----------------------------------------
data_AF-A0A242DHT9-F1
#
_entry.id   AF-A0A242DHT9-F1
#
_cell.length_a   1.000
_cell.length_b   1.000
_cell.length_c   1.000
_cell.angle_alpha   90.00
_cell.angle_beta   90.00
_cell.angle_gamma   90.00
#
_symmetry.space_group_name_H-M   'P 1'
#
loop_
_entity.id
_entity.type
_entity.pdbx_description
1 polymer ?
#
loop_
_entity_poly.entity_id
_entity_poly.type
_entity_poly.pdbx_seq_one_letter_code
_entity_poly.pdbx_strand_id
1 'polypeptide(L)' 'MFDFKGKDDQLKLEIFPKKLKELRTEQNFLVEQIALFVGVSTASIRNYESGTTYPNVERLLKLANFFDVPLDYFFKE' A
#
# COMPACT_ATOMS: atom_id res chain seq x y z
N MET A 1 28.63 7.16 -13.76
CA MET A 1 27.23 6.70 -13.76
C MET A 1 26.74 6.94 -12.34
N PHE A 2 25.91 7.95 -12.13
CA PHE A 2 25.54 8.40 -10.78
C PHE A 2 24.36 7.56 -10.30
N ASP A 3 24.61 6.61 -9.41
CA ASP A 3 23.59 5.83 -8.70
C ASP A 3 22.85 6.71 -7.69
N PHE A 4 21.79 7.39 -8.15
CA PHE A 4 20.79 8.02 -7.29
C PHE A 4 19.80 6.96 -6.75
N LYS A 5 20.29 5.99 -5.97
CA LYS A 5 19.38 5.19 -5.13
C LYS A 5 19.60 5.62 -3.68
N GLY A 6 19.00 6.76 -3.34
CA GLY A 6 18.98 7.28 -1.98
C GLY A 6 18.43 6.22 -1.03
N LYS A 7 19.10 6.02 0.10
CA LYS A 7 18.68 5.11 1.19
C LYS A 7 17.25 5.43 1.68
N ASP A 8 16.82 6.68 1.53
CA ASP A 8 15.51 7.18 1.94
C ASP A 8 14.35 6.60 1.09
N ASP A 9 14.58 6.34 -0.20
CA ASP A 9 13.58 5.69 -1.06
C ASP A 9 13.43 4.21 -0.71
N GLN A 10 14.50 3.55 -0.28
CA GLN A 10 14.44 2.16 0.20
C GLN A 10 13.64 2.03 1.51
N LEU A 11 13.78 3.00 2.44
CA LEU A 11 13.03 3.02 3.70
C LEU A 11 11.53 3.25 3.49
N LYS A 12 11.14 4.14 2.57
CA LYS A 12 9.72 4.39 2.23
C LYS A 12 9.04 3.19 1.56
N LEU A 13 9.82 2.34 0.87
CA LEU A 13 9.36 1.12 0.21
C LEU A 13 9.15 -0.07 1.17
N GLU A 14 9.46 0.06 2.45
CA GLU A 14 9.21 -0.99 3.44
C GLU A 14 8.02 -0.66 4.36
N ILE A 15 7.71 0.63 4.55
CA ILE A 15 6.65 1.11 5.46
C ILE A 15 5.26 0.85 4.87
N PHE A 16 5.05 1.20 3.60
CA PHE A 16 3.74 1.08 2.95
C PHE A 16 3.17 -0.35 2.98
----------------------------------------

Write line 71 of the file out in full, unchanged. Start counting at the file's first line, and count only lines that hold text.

CA ILE A 15 6.65 1.11 5.46